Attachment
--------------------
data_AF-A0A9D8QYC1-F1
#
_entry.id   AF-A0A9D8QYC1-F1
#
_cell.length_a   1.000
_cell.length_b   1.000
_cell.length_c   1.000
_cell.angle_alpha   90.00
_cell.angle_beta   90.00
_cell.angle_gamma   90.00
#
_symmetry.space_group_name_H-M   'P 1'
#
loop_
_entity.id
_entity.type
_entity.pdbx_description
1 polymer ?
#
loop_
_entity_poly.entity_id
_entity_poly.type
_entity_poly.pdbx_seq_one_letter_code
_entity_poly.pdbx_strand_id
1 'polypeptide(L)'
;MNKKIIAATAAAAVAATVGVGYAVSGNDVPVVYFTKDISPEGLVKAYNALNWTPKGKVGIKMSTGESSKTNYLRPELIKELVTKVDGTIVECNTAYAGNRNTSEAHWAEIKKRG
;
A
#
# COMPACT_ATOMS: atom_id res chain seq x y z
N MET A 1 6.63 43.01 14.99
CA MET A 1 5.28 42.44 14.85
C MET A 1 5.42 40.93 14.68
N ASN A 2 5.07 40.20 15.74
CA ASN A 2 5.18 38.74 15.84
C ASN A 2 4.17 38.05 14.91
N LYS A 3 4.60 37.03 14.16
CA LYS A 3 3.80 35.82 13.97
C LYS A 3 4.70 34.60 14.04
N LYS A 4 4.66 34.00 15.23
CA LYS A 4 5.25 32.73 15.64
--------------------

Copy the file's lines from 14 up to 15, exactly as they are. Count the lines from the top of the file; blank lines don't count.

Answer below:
loop_
_entity.id